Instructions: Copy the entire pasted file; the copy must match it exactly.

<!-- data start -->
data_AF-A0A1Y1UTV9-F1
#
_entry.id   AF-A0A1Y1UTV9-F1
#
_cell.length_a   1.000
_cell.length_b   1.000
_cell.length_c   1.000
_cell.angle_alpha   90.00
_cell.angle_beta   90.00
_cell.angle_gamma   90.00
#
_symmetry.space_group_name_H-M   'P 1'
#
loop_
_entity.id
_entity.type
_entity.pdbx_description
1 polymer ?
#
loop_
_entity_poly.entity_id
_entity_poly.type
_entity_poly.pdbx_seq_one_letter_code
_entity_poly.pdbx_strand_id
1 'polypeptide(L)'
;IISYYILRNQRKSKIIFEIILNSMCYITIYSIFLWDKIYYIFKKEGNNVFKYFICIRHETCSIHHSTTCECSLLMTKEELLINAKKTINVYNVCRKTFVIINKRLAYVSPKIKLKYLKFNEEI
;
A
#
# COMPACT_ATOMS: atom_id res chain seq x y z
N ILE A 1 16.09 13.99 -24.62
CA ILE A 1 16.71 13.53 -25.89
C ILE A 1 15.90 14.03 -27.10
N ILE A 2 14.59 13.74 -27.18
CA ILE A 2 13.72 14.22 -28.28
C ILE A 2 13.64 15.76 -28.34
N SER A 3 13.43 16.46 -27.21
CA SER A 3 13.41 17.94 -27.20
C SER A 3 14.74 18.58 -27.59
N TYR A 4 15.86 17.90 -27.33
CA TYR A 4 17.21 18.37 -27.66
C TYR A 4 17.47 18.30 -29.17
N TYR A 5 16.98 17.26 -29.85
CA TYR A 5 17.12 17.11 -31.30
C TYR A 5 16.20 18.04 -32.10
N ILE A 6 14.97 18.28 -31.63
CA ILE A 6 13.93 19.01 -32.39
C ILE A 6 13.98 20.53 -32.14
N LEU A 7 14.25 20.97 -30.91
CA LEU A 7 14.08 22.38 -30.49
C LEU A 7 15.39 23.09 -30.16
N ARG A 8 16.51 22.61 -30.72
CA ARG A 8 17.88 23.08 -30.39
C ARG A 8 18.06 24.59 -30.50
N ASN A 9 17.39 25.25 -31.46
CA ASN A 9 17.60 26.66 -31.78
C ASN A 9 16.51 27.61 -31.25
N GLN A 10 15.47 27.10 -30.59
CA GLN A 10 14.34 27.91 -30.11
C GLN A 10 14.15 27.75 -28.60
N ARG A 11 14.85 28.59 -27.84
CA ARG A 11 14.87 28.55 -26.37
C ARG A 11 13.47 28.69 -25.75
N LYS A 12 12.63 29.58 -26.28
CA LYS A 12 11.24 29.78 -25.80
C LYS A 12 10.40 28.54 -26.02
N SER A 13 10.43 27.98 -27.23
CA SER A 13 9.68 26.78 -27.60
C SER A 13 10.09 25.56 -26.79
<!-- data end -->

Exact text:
data_AF-A0A1Y1UTV9-F1
#
_entry.id   AF-A0A1Y1UTV9-F1
#
_cell.length_a   1.000
_cell.length_b   1.000
_cell.length_c   1.000
_cell.angle_alpha   90.00
_cell.angle_beta   90.00
_cell.angle_gamma   90.00
#
_symmetry.space_group_name_H-M   'P 1'
#
loop_
_entity.id
_entity.type
_entity.pdbx_description
1 polymer ?
#
loop_
_entity_poly.entity_id
_entity_poly.type
_entity_poly.pdbx_seq_one_letter_code
_entity_poly.pdbx_strand_id
1 'polypeptide(L)'
;IISYYILRNQRKSKIIFEIILNSMCYITIYSIFLWDKIYYIFKKEGNNVFKYFICIRHETCSIHHSTTCECSLLMTKEELLINAKKTINVYNVCRKTFVIINKRLAYVSPKIKLKYLKFNEEI
;
A
#
# COMPACT_ATOMS: atom_id res chain seq x y z
N ILE A 1 16.09 13.99 -24.62
CA ILE A 1 16.71 13.53 -25.89
C ILE A 1 15.90 14.03 -27.10
N ILE A 2 14.59 13.74 -27.18
CA ILE A 2 13.72 14.22 -28.28
C ILE A 2 13.64 15.76 -28.34
N SER A 3 13.43 16.46 -27.21
CA SER A 3 13.41 17.94 -27.20
C SER A 3 14.74 18.58 -27.59
N TYR A 4 15.86 17.90 -27.33
CA TYR A 4 17.21 18.37 -27.66
C TYR A 4 17.47 18.30 -29.17
N TYR A 5 16.98 17.26 -29.85
CA TYR A 5 17.12 17.11 -31.30
C TYR A 5 16.20 18.04 -32.10
N ILE A 6 14.97 18.28 -31.63
CA ILE A 6 13.93 19.01 -32.39
C ILE A 6 13.98 20.53 -32.14
N LEU A 7 14.25 20.97 -30.91
CA LEU A 7 14.08 22.38 -30.49
C LEU A 7 15.39 23.09 -30.16
N ARG A 8 16.51 22.61 -30.72
CA ARG A 8 17.88 23.08 -30.39
C ARG A 8 18.06 24.59 -30.50
N ASN A 9 17.39 25.25 -31.46
CA ASN A 9 17.60 26.66 -31.78
C ASN A 9 16.51 27.61 -31.25
N GLN A 10 15.47 27.10 -30.59
CA GLN A 10 14.34 27.91 -30.11
C GLN A 10 14.15 27.75 -28.60
N ARG A 11 14.85 28.59 -27.84
CA ARG A 11 14.87 28.55 -26.37
C ARG A 11 13.47 28.69 -25.75
N LYS A 12 12.63 29.58 -26.28
CA LYS A 12 11.24 29.78 -25.80
C LYS A 12 10.40 28.54 -26.02
N SER A 13 10.43 27.98 -27.23
CA SER A 13 9.68 26.78 -27.60
C SER A 13 10.09 25.56 -26.79